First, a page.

Articles & Books about Student Resistance to Active Learning and Working in Groups:
Seidel, S. B., & Tanner, K. D. (2013). "What if students revolt?" Considering Student Resistance: Origins, Options, and Opportunities for Investigation. CBE-Life Sciences Education, 12(4), 586-595. http://www.lifescied.org/content/12/4/586.full
Felder, RM., & Brent, R. (1996). Navigating the bumpy road to student-centered instruction.
Shekhar, P., Demonbrun, M., Borrego, M., Finelli, C., Prince, M., Henderson, C., & Waters, C.
(2015) Development of an Observation Protocol to Study Undergraduate Engineering Student Resistance to Active Learning, International Journal of Engineering Education, 31 (2), 597—6 http://homepages.wmich.eduFchenders/Publications/2015ShekharIJEE.pdf (A preliminary study based on 4 case study observations and a newly developed instrument to empirically determine strategies that reduce resistance.)
Learner-Centered Teaching: Five Key Changes to Practice, by Maryellen Weimer. Jossey-Bass, 2002. Chapter 7 is "Responding to Resistance "
Center for Teaching and Learning Workshop February 2018, Susan Shadle:
Group Work Sucks!...Preparing for and Managing Student Resistance to Active Learning.
Ideas for framing active learning in my course.
Supporting Student Learning once the course is underway.
Talking points for responding to student resistance in my course.
Sermons for Grumpy Campers
Student: "Those group activities in class are a waste of time. I'm paying tuition for you to teach me, not to trade ideas with students who don't know any more than I do!"
Professor: "I agree that my job is to teach you, but to me teaching means making learning happen and not just putting out information. I've got lots of research that says people learn through practice and feedback, not by someone telling them what they're supposed to know. What you're doing in those short class activities are the same things you'll have to do in the homework and exams, except now when you get to the homework you will have already practiced them and gotten feedback. You'll find that the homework will go a lot more smoothly and you'll probably do better on the exams.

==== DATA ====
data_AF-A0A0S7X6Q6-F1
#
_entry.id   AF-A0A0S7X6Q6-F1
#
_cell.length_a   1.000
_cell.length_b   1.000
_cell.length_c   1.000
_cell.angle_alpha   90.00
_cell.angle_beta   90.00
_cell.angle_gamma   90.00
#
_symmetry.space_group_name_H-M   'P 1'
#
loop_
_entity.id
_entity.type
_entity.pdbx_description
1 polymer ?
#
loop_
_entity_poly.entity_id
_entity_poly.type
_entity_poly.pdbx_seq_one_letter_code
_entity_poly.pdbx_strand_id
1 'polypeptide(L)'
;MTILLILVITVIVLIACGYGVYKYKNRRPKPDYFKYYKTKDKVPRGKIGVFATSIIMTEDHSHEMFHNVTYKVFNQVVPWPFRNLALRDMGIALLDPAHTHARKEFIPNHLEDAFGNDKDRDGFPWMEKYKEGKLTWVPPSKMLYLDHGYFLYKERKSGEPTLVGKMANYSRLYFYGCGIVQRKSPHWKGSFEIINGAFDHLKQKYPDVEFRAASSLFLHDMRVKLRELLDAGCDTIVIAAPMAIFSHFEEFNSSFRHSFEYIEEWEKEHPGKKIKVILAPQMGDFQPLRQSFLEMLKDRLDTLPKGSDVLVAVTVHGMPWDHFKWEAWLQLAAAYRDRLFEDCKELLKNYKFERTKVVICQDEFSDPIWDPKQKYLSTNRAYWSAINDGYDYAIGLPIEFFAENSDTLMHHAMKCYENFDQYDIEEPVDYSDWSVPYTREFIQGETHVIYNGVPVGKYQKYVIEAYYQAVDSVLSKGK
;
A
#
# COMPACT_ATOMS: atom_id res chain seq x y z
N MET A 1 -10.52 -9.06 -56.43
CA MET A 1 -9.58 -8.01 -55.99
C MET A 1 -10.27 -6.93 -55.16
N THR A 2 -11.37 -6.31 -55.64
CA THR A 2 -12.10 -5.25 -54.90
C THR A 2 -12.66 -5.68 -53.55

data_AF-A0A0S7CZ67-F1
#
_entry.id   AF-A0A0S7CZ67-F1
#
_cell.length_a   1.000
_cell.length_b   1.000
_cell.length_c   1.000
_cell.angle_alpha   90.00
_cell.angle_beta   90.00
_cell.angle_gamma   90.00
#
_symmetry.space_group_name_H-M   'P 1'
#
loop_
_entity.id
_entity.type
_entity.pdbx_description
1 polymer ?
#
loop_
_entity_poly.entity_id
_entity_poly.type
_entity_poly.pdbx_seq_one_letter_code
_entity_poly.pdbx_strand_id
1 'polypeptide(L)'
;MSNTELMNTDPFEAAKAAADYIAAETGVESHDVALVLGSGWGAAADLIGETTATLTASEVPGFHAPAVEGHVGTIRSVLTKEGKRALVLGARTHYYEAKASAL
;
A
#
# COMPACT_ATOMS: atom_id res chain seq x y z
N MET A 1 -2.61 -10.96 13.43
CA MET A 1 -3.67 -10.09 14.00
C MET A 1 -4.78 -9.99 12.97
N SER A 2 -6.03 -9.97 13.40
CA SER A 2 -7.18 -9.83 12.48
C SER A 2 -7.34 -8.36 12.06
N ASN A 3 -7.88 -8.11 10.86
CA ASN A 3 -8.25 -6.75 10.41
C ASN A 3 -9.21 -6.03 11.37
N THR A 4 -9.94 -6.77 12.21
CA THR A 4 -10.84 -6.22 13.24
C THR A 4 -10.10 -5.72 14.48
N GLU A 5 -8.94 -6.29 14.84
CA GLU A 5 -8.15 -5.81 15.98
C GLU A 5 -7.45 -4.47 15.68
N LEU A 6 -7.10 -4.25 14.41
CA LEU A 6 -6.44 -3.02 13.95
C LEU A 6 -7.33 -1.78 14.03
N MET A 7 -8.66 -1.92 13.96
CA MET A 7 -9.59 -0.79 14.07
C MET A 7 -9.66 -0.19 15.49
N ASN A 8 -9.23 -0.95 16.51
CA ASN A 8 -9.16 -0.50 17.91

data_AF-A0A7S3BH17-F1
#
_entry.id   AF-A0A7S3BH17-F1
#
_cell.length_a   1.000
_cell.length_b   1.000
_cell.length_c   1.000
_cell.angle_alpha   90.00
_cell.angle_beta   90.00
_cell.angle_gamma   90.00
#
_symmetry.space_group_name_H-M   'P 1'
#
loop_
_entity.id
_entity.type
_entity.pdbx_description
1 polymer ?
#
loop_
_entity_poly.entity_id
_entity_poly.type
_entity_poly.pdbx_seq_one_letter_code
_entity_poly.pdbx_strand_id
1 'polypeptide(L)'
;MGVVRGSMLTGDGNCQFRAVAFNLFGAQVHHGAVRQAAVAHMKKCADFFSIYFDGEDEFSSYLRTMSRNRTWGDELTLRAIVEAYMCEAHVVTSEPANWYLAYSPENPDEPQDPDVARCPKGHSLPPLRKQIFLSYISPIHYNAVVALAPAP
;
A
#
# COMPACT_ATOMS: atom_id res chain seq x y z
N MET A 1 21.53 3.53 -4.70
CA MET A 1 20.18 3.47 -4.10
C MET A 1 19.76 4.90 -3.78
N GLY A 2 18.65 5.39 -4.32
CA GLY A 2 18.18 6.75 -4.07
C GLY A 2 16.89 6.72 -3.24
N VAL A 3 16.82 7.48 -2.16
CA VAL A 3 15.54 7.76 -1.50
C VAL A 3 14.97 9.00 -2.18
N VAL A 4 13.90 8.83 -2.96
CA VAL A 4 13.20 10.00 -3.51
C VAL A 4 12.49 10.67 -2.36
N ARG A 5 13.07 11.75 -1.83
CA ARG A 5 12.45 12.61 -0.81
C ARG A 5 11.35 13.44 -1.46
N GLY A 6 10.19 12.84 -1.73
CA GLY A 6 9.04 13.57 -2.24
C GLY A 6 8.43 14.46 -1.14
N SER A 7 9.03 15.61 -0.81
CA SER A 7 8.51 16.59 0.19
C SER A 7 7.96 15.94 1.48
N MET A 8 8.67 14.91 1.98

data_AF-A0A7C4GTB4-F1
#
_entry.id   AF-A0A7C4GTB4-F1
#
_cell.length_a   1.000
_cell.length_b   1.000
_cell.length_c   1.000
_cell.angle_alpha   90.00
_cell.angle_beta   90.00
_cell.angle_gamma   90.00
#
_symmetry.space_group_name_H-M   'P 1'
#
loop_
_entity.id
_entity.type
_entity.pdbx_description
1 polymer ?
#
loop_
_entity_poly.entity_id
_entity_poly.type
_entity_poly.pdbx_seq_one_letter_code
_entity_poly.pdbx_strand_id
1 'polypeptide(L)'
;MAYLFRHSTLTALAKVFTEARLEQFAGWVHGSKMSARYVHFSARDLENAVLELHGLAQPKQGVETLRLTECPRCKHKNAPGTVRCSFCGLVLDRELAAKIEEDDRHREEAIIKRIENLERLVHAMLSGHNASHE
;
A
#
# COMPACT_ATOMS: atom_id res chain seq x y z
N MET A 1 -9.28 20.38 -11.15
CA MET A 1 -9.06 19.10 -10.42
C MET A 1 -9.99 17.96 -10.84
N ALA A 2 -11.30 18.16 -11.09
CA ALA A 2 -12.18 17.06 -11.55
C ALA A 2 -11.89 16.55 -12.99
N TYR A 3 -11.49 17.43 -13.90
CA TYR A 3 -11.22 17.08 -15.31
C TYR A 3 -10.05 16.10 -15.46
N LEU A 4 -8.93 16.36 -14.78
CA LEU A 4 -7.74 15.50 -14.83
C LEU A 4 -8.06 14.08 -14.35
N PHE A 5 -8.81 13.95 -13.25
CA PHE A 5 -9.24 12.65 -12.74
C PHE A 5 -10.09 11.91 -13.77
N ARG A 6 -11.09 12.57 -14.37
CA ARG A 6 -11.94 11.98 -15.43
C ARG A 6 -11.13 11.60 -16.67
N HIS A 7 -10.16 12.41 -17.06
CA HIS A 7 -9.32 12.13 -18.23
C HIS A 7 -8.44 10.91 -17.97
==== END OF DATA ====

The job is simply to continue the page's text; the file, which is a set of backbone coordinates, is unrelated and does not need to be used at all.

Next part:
(Let me know if you'd like to see that research.)"
S: "I don't like working on homework in groups—why can't I work by myself?"
P: "I get that you're unhappy and I'm sorry about it, but I've got to be honest with you: My job here is not to make you happy—it's to prepare you to be a chemical engineer. Here's what's not going to happen in your first day on the job. They're not going to say 'Welcome to the company, Mr. Jones. Tell me how you like to work—by yourself or with other people?' No. The first thing they'll do is put you on a team, and your performance evaluation is likely to depend more on how well you can work with that team than on how well you solve differential equations and design piping systems. Since that's a big part of what you'll be doing there, my job is to teach you how to do it here, and that's what I'll be doing."
S: "Okay, but I don't want to be in a group with those morons you assigned me to. Why can't I work with my friends?"
P: "Sorry—also not an option. Another thing that won't happen on that first day on the job is someone saying 'Here's a list of everyone in the plant. Tell me who you'd like to work with.' What will happen is they'll tell you who you're working with and you won't have a vote on it. Look, I can show you a survey in which engineering alumni who had been through extensive group work in college were asked what in their education best prepared them for their careers. The most common response was 'the groups.' One of them said
'When I came to work here, the first thing they did was put me on a team, and you know those annoying teammates back in college who never pulled their weight—well, they're here too. The difference between me and people who came here from other colleges is that I have some idea what to do about those guys.' In this class you're going learn what to do about those guys."